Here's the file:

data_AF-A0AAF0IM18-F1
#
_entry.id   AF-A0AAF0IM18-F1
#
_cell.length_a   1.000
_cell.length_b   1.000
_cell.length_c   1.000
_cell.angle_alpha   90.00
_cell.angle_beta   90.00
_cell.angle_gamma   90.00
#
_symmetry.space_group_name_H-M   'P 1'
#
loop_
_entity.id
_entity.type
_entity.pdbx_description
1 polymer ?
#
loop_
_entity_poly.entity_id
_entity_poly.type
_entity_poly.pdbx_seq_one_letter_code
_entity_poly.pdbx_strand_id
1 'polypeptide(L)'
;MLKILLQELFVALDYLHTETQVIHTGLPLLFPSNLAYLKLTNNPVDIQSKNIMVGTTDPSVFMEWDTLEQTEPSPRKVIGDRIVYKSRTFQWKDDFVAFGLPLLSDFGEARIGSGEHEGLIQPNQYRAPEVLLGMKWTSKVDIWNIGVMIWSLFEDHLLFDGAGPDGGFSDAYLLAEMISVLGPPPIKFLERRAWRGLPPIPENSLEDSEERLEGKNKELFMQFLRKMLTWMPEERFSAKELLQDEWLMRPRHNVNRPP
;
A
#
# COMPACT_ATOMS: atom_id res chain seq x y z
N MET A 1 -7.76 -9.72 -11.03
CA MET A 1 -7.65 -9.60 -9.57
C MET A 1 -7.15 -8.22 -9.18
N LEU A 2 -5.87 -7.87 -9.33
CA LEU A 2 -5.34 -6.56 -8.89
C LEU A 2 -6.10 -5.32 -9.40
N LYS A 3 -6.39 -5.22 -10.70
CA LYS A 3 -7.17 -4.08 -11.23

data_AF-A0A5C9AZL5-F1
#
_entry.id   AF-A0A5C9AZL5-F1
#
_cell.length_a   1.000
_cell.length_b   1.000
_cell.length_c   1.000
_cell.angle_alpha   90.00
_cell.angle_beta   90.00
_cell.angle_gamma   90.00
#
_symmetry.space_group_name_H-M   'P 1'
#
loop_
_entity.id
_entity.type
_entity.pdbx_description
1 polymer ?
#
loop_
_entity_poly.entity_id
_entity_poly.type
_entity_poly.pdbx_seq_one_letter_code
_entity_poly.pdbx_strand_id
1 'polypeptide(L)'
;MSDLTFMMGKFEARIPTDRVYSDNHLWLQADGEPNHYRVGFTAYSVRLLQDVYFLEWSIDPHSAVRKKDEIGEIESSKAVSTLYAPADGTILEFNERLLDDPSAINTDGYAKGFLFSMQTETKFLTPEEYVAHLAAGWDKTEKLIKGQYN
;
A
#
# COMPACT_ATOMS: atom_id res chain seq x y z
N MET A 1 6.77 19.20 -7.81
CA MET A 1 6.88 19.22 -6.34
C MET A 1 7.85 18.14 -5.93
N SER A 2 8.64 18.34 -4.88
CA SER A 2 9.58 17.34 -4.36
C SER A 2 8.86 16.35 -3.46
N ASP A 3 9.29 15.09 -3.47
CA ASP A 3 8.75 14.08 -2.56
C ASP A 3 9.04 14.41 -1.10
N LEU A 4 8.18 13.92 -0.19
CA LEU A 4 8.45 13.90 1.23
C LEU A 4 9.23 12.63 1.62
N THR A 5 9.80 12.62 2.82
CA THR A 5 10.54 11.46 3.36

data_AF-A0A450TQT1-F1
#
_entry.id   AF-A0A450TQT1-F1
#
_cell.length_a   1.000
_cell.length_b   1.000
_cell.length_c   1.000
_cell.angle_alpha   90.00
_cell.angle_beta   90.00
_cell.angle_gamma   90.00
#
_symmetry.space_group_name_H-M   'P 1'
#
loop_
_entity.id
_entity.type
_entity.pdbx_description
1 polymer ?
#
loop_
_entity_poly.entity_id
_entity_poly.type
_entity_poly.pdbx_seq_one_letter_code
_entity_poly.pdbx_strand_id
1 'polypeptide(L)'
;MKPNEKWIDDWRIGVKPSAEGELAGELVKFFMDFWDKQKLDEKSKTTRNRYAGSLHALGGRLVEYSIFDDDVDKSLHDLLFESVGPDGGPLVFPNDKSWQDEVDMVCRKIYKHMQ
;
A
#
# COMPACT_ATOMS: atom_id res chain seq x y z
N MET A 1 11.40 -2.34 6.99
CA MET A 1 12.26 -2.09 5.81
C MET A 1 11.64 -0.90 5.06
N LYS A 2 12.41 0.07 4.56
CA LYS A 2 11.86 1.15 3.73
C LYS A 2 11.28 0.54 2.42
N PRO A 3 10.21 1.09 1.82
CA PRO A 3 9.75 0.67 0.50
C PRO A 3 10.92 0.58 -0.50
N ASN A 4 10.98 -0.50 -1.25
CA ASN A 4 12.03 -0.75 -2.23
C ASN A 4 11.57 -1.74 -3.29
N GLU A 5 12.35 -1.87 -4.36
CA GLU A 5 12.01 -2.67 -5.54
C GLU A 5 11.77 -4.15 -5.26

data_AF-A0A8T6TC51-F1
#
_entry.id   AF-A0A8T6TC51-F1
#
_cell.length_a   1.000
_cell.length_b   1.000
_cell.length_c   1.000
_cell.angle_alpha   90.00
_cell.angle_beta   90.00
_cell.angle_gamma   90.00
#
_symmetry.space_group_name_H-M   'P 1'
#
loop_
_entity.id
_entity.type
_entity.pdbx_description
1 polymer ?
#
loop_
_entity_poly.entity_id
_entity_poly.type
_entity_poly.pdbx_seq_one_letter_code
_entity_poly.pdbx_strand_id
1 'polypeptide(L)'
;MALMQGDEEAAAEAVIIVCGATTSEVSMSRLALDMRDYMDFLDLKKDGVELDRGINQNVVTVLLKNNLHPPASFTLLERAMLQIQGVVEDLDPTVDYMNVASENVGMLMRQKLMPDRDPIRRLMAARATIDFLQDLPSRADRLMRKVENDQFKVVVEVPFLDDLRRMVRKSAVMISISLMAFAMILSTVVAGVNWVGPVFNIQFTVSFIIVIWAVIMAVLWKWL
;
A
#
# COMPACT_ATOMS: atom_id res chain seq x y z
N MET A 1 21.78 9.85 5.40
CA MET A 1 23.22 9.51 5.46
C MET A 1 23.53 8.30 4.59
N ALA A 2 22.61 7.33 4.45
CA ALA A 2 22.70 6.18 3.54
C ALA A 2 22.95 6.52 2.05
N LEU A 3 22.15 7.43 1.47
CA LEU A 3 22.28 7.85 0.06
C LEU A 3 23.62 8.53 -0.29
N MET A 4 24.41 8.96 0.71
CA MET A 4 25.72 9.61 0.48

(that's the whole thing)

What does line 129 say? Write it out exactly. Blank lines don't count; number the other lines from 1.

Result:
#